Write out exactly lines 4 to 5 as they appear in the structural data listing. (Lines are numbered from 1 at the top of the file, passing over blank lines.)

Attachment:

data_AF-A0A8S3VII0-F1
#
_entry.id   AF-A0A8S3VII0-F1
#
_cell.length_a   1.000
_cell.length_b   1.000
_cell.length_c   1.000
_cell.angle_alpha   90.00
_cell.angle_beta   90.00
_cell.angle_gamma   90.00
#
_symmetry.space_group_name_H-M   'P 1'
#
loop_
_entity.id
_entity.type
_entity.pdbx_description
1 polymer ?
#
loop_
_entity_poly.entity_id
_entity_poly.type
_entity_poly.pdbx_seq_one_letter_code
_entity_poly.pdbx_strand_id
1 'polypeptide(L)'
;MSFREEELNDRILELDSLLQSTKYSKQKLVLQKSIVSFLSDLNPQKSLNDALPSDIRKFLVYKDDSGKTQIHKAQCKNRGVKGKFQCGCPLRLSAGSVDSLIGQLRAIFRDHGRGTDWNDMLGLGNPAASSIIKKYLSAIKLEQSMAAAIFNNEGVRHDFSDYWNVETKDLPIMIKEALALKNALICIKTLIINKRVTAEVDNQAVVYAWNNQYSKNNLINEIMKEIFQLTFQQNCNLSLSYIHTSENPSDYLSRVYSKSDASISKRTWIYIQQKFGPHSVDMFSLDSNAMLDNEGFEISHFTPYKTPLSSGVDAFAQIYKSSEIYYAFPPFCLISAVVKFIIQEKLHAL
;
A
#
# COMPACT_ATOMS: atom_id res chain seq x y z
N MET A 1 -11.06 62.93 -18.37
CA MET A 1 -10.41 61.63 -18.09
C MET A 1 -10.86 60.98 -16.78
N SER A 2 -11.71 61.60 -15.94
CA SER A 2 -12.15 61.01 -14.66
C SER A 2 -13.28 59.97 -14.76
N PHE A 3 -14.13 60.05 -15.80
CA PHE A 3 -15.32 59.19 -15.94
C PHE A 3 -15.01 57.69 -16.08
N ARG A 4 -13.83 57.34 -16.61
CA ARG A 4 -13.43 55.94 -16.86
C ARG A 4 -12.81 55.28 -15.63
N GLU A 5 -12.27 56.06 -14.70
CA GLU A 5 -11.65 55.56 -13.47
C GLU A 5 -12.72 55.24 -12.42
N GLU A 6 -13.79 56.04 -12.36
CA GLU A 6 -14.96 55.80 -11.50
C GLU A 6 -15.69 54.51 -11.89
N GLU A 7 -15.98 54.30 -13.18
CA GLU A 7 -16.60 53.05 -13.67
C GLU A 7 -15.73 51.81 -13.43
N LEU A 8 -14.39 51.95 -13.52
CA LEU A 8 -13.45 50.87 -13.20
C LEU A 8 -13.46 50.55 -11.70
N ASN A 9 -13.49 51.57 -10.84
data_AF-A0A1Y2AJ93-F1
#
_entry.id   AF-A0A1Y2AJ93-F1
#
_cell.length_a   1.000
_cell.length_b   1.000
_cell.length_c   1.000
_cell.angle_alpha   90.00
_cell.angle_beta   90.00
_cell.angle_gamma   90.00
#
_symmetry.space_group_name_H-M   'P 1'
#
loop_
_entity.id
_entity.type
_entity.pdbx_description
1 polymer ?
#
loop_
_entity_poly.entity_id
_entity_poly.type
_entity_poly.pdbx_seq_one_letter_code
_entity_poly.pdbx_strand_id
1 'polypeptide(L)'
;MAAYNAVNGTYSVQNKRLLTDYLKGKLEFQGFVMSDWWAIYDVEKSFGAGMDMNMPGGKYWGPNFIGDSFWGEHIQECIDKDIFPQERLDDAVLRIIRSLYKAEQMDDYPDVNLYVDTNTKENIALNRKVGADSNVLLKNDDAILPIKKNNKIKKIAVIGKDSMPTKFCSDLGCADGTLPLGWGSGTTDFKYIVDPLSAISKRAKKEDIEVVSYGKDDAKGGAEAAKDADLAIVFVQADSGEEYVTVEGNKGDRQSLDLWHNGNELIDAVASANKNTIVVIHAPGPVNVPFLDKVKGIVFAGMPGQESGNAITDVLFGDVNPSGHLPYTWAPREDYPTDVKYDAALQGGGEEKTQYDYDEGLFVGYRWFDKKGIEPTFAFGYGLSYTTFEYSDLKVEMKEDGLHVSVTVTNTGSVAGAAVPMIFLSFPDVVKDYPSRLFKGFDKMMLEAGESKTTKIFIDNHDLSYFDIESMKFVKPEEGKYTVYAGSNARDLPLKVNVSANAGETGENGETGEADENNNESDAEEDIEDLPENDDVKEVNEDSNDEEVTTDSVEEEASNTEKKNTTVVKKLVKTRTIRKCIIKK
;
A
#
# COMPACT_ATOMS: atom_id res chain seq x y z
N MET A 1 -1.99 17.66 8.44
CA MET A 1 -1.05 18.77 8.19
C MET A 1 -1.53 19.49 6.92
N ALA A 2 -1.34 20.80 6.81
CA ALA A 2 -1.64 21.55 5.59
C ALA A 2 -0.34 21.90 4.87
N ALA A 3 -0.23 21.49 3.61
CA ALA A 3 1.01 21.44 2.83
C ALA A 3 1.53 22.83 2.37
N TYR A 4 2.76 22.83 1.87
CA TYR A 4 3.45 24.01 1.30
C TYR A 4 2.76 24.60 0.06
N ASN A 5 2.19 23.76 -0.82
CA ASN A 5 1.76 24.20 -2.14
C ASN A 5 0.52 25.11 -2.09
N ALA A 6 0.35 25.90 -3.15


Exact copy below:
#
_cell.length_a   1.000